An All Steel Flywheel Energy Storage System

Perry Tsao and Matthew Senesky
(Professor Seth R. Sanders)
(NSF) ECS-9906607

Flywheel energy storage is an important technology for power quality systems and uninterruptible power supplies. The high power density, environmental friendliness, and high reliability of flywheel systems make them a very attractive alternative to existing battery technologies for these applications. However, reductions in cost and complexity need to be achieved before they become more widely used.

Other flywheel systems have been built using carbon fiber or other expensive composite materials for their flywheel rotor. This drives up the material and manufacturing costs significantly. By using a slotless synchronous homopolar motor design and integrating the containment and vacuum housing with the motor housing, a much simpler flywheel system can be constructed [1]. The single-piece steel rotor design can achieve comparable performance at lower cost and higher reliability. A prototype 30 kW, 140 W-hr flywheel energy storage system has been built, and we are currently conducting performance tests.

Other flywheel-related research conducted by the UC Berkeley Power Electronics Group includes the design of high-speed, low-loss synchronous reluctance motors and self-sensing magnetic bearings [2, 3].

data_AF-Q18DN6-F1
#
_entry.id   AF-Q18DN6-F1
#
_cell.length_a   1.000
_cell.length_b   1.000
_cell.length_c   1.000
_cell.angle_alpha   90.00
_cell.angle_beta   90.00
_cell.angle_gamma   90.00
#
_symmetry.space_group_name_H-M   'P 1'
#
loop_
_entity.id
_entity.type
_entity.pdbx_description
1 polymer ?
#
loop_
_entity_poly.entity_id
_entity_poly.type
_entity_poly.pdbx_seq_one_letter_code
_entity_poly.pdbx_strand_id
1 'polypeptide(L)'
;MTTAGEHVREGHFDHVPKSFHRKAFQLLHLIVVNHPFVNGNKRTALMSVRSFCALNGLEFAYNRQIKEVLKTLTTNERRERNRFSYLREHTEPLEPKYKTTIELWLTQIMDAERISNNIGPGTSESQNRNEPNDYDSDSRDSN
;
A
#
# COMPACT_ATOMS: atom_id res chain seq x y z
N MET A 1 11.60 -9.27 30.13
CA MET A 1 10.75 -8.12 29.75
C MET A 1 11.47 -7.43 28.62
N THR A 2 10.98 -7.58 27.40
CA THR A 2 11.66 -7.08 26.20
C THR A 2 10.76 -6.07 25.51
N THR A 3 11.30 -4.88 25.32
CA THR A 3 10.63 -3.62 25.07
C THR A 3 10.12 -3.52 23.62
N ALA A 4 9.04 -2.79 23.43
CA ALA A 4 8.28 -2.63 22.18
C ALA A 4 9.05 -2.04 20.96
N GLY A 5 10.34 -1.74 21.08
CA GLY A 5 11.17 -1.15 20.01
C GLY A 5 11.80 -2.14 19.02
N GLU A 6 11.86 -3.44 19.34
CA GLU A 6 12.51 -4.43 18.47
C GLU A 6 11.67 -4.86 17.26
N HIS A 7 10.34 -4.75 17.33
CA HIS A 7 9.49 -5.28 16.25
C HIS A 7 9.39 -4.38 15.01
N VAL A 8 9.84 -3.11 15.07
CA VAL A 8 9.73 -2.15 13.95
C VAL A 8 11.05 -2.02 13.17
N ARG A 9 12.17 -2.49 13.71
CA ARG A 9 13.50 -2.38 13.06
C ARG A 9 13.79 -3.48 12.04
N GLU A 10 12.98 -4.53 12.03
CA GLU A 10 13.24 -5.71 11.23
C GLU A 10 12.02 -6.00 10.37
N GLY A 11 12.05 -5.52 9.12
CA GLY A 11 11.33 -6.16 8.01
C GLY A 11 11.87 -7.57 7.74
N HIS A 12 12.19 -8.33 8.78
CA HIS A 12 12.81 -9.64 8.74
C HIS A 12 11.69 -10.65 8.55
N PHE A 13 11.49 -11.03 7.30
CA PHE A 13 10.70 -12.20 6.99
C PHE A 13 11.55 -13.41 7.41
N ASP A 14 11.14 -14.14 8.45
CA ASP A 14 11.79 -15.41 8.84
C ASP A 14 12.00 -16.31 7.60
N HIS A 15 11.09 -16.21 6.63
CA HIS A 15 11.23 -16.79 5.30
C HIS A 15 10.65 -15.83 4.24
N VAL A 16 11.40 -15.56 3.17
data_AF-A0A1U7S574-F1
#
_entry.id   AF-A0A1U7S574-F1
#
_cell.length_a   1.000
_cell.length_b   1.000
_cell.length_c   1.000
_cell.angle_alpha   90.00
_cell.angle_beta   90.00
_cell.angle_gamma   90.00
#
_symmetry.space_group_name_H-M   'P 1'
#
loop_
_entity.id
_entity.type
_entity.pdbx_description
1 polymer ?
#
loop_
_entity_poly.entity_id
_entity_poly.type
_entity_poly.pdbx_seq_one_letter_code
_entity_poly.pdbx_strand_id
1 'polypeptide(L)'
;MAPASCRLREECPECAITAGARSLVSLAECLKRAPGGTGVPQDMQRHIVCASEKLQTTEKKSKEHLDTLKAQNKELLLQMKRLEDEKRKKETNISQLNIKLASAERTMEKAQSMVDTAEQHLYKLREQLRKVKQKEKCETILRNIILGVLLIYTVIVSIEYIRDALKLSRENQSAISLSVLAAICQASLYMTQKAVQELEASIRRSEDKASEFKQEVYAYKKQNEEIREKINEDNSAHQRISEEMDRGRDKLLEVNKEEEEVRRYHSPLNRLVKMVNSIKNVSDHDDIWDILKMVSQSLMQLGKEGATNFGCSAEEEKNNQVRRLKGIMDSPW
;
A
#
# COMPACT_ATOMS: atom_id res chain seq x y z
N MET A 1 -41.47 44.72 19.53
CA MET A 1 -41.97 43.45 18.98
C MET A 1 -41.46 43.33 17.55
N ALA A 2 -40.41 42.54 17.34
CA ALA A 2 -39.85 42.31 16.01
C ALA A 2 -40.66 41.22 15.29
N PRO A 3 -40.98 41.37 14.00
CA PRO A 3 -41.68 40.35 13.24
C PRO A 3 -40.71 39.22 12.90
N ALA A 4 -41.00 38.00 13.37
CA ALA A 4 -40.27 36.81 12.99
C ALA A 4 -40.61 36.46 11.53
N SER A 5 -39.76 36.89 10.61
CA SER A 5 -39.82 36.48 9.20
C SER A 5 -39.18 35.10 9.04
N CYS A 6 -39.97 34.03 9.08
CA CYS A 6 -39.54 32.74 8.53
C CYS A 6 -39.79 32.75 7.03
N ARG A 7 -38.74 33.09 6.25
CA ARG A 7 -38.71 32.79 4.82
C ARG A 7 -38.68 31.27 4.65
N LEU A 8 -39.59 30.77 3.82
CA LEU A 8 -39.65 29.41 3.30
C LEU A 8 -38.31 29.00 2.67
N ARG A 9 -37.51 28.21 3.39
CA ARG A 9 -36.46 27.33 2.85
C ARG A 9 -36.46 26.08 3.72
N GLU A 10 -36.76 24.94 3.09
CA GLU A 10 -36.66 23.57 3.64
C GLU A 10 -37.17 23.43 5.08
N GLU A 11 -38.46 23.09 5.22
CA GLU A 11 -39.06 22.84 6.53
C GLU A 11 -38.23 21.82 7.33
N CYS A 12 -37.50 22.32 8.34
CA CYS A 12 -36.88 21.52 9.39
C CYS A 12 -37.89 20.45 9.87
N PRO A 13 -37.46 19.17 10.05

Figure 1: Cross-section of prototype flywheel energy storage system

Figure 2: Stator and rotor

P. Tsao, M. Senesky, and S. R. Sanders, "A Synchronous Homopolar Machine for High-Speed Applications," IEEE Industry Applications Society Annual Mtg., Pittsburgh, PA, October 2002.
H. Hofmann and S. R. Sanders, "High-Speed Synchronous Reluctance Machine with Minimized Rotor Losses," IEEE Industry Applications Society Annual Mtg., St. Louis, MO, October 1998.
P. Tsao, S. R. Sanders, and G. Risk, "A Self-Sensing Homopolar Magnetic Bearing: Analysis and Experimental Results," IEEE Industry Applications Society Annual Mtg., Phoenix, AZ, October 1999.

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